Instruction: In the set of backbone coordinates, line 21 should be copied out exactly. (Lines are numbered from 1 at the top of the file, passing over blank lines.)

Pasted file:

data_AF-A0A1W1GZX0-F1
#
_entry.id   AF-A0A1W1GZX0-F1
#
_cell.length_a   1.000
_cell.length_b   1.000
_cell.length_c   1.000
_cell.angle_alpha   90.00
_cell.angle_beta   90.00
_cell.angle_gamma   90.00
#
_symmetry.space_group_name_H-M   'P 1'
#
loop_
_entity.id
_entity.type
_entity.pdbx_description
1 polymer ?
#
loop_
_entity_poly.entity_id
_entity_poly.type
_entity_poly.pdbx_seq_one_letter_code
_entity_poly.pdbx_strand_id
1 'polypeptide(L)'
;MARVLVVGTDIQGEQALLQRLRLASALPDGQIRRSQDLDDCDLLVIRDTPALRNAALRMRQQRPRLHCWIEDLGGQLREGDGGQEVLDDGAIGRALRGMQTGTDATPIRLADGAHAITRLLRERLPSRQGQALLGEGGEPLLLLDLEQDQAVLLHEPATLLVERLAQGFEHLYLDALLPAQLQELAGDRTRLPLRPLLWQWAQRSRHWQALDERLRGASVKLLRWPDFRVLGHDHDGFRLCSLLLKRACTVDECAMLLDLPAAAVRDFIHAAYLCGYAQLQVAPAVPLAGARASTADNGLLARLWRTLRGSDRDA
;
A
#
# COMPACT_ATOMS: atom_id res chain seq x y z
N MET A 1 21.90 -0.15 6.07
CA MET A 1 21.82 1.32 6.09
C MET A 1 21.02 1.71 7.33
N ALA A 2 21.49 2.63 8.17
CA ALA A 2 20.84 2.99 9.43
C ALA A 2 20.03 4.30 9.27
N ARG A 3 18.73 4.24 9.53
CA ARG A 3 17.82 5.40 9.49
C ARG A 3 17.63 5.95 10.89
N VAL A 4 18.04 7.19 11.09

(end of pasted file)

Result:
_entity_poly.entity_id